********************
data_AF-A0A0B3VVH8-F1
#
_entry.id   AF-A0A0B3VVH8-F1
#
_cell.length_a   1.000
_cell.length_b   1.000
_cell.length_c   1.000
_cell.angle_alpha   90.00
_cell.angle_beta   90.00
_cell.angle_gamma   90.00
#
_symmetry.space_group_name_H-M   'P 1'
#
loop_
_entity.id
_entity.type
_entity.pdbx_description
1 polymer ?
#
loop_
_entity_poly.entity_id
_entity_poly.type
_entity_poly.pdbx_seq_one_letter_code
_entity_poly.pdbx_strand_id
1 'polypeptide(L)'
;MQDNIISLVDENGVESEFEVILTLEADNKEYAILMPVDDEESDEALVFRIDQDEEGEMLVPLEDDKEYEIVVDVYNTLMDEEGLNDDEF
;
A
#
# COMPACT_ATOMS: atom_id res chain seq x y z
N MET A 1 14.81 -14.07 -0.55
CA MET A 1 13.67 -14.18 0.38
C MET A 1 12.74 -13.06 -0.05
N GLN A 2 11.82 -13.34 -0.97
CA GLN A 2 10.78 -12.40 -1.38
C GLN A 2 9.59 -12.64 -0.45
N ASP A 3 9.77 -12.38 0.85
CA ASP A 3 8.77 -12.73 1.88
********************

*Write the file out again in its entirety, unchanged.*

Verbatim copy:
data_AF-A0A0B3VVH8-F1
#
_entry.id   AF-A0A0B3VVH8-F1
#
_cell.length_a   1.000
_cell.length_b   1.000
_cell.length_c   1.000
_cell.angle_alpha   90.00
_cell.angle_beta   90.00
_cell.angle_gamma   90.00
#
_symmetry.space_group_name_H-M   'P 1'
#
loop_
_entity.id
_entity.type
_entity.pdbx_description
1 polymer ?
#
loop_
_entity_poly.entity_id
_entity_poly.type
_entity_poly.pdbx_seq_one_letter_code
_entity_poly.pdbx_strand_id
1 'polypeptide(L)'
;MQDNIISLVDENGVESEFEVILTLEADNKEYAILMPVDDEESDEALVFRIDQDEEGEMLVPLEDDKEYEIVVDVYNTLMDEEGLNDDEF
;
A
#
# COMPACT_ATOMS: atom_id res chain seq x y z
N MET A 1 14.81 -14.07 -0.55
CA MET A 1 13.67 -14.18 0.38
C MET A 1 12.74 -13.06 -0.05
N GLN A 2 11.82 -13.34 -0.97
CA GLN A 2 10.78 -12.40 -1.38
C GLN A 2 9.59 -12.64 -0.45
N ASP A 3 9.77 -12.38 0.85
CA ASP A 3 8.77 -12.73 1.88